Buchla System at KMH (SE), 2013.

Undular was originally composed as an eight-channel piece on the Buchla 200 series with no digital processing.

The idea behind this composition was to inherit and develop certain implications of minimalism and techno, in particular exploring the power of psycho-motor induction that they have in common. In this regard, the composition conjugates features of beat-oriented music with a texture-based compositional attitude, both developed in an immersive and three-dimensional listening environment. The psycho-motor appeal of this compositional perspective simply arises from a meditation on the anatomy of synthetic waveforms.

All made possible and interesting by the Buchla modular system, supplying deep and rich sounds, as well as the unique ability to finely sculpt aural spaces.

Besides generating an immense variety of complex and rich sounds not existing in nature, synthesis gives us the possibility to shape the spectrum on a microscopic level and have an infinitesimal control on acoustic and psychoacoustic effects, further developing our ability to perceive vertical relationships inside a sound spectrum (such as the mixture and the proportions between the harmonics, the aural beats etc).

Immersive listening experiences with multichannel systems greatly advance our cognitive and auditory comprehension of music. After a certain exposure to the sounds, the spectral spaces underlying the fundamental tones, at first almost ‘invisible’, come to our consciousness, enlightening an hidden perceptive dimension, that may not be specified in a score but still exists in the mind and in the body of the listener.

Such a listening process may enlighten the listener to live the music as an infinitely changing experience (not only as a form), where she/he takes an active position, even a performative role. One can investigate the density of the harmonics and the secrets of their variations in time. One can move the skull horizontally and vertically to evaluate how the perception of the spectrum varies in space; cranial movement offers alternative aural perceptions due to the filtering, phasing and reflection’s phenomena depending on the angular incidence of the wavefronts on one's ears.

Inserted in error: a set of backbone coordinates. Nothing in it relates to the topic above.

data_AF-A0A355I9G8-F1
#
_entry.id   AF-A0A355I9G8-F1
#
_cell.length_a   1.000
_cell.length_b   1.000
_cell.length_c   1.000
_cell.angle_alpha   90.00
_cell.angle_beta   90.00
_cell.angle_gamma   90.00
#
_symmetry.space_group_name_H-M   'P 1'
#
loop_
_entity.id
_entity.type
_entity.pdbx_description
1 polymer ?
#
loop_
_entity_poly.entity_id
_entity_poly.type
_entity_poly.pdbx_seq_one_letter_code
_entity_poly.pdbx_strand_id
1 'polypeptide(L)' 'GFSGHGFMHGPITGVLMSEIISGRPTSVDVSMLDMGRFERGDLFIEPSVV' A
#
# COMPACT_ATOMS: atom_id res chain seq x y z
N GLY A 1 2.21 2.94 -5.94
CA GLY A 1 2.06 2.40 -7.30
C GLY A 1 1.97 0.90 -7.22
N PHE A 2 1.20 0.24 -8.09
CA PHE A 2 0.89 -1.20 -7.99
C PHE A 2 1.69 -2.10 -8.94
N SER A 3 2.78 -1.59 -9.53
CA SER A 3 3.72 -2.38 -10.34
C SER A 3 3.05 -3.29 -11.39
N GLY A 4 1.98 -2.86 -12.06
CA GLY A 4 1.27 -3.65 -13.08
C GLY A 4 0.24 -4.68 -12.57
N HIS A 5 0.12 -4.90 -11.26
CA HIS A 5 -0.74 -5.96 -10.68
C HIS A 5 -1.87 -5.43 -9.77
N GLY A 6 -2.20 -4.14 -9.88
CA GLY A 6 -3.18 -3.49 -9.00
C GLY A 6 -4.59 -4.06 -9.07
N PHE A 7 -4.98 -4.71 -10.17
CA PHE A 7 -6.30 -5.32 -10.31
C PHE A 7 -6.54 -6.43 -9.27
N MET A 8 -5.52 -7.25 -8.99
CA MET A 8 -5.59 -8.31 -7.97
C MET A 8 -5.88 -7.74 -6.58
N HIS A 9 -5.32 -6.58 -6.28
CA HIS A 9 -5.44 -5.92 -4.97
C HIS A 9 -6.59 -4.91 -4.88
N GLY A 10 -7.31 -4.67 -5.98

Undular draws inspiration from all of this in a very raw and stylized manner, crystallizing the dancing of wave cycles in algid architectures of time and space.

This was the starting point to build polyrhythmic and polyphonic patterns, working on the stratification of different layers recorded live on separate tracks.

In this sense, modular systems allow integrative compositional approaches resulting in an intelligent balance between chance and calculate organization, acting as fascinating 'laboratories’ for new musical aesthetics far away from the contradictions and the dilemmas of the digital environment. If the infinite possibilities of digital art distress the composer and stifle balance between chance and structurization, the major limitations of the modular synthesis can instead develop new forms of coexistence between varying tactics of formal organization in the musical process.

This may be one of the reasons behind the incredible renaissance of modular synthesizers in the last decade.

concert notes for Sines and Squares (2014), University of Manchester

 © 2017 Caterina Barbieri

 © 2017 Caterina Barbieri

 © 2017 Caterina Barbieri